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Perogy-Stuffed Shells

Prep Time 20 mins
Total Time 1 hr
Servings 16 shells

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Garlic herb mashed potatoes and cheddar cheese stuffed inside a large pasta shell, and topped with creamy Béchamel sauce, more cheddar cheese and bacon before baking. An indulgent, make-ahead side dish that’s perfect for leftover mashed potatoes.

Don’t worry – there is not a full perogy stuffed inside each of those shells.

That would be over-indulgent.

I think we’ll nickname these Lazy Perogies. How does that sound?

red and white baking dish filled with perogy stuffed shells topped with bacon

Before we get any further, let me just insist that I’m going to spell perogy P-E-R-O-G-Y, and you can spell it pierogi, perogi, pierogy, pierógi, pyrohy, pirogi, pyrogie, or pyrogy if you so desire. (Thank you Wikipedia for that list

Just like you can go ahead and spell doughnut d-o-n-u-t.

Now I don’t wanna see any comments about how I spell PEROGY wrong. Mmmkay?

perogy stuffed shells in baking dish topped with bacon and green onions with potatoes in the background

I love perogies. The carbs, the mashed potatoes, the cheese, the carbs, the bacon… and to top things off, we usually serve perogies with Béchamel sauce or creamy gravy (it’s the Mennonite in me), you know, because, well – fat and cream.

For the longest time though we’ve switched things up and used a Béchamel instead, because it’s a little lighter and because we always have milk around, but we don’t always have cream.

I wasn’t actually going to top the shells with any sauce, but when I lined them up in the pan they just looked lonely, you know? Like something was missing.

Traditionally, stuffed shells would be topped with tomato sauce and cheese, but that doesn’t exactly fit.

If you’re one of those people who likes sour cream on perogies, you could try spreading a little of that underneath the cheese. Or if you want to make things really easy for yourself, you could use some store-bought Alfredo sauce. But the Béchamel is so easy to make, and you can use it with anything!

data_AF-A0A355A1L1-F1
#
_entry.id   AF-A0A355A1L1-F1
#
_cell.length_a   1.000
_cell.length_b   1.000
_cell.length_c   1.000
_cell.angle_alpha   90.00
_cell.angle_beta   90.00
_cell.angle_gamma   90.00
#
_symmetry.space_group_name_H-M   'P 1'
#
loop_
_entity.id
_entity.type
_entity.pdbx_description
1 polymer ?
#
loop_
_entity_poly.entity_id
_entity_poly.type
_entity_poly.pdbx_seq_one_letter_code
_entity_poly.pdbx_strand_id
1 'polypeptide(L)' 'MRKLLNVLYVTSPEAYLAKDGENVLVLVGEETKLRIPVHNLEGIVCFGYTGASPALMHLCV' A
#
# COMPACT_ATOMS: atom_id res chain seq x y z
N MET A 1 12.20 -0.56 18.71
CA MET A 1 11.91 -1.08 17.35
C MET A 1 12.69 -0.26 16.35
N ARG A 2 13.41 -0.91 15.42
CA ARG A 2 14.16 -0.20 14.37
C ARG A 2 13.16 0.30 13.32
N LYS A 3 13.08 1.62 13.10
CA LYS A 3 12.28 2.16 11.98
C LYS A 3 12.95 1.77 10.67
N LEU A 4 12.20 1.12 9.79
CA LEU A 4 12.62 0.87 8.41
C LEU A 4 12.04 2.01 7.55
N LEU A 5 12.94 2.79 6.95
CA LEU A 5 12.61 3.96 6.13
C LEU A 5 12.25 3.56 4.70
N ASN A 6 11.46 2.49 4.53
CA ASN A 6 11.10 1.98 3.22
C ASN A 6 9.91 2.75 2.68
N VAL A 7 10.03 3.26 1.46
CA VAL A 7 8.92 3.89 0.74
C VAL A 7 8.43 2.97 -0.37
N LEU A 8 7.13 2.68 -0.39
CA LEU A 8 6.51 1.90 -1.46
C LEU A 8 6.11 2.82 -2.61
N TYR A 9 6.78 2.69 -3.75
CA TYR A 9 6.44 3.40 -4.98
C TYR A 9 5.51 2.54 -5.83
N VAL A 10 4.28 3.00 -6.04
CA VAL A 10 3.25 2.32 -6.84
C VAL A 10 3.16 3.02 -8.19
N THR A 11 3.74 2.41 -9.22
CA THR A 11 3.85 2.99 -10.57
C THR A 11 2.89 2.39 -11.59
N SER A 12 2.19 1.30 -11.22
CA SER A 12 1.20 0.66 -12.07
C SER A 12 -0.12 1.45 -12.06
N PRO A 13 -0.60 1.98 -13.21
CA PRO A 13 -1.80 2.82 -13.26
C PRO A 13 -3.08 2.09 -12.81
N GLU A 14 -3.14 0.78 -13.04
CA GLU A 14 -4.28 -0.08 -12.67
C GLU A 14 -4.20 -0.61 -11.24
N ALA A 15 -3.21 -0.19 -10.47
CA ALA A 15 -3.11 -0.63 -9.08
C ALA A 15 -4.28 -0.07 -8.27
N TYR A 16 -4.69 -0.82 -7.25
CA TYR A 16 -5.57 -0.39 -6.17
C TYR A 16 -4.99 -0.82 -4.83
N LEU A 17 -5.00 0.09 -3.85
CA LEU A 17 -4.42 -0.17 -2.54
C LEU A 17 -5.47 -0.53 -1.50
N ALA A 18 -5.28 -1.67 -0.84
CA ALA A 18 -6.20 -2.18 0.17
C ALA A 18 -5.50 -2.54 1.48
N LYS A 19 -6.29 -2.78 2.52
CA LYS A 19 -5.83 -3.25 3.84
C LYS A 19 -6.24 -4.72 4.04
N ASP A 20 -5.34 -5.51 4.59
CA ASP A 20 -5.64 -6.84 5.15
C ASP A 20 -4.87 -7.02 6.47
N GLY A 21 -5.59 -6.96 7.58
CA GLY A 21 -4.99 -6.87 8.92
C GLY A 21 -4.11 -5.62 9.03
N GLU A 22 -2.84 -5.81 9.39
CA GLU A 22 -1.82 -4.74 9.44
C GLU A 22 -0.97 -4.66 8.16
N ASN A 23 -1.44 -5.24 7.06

Enough about my obsession with carbs and spelling.

The reason we’re here is these Little Potatoes.

This is my third post as brand ambassador for The Little Potato Company and I’m just as stoked as ever. They’re just good potatoes, and every time I dream up some concoction to make and share with you I get more excited about them.

Now, there’s nothing wrong with just throwing some Little Potatoes on a pan, drizzling them with some canola oil, add a sprinkle of salt and roasting them in the oven, but I wanted to use this opportunity to show you some things that might not have crossed your mind before.

My Warm Maple Bacon Potato Salad and my Chicken Cordon Bleu Scalloped Potatoes recipes are also made with Creamer potatoes!

This time I used the Little Yellows, but almost any kind would be great!

It’s important to note that the Little Potatoes are grown to full maturity, so they’re not baby potatoes, and they’re also not genetically modified. They’re just the perfect, creamy, bite-sized potatoes with thin, delicate skin.

I don’t ever peel my potatoes (I mean, if you’re going to eat Perogy Stuffed Shells, you want all of the nutrients you can get), but with the Creamer potatoes there really is no need. It’s so thin and smooth, you won’t ever it notice it once they’re mashed.

close up of perogy stuffed shells in ceramic baking dish

You can flavor your mashed potatoes however you like, but I like to use chicken broth (it also cuts down on calories a little), garlic and herbs (this time I used basil pesto, but feel free to substitute some fresh or dried herbs of choice).

I didn’t stir any bacon into the mashed potatoes because I wanted to use a piping bag to get the potatoes into the shells (Best. Idea. Ever.). You could definitely mix some in if you want, just make sure you dice it up quite small.

Like I mentioned above, you can skip the Bechamel sauce and just use cheese and bacon, but know that the edges of your pasta will get a little crispier. Also feel free to substitute store-bought Alfredo sauce or go out on a limb and spread some sour cream on if that’s your thing.

This dish is perfect for making ahead! I made everything, cooled it down, lined them up in the pan, covered with plastic wrap and set in the fridge until I was ready to bake.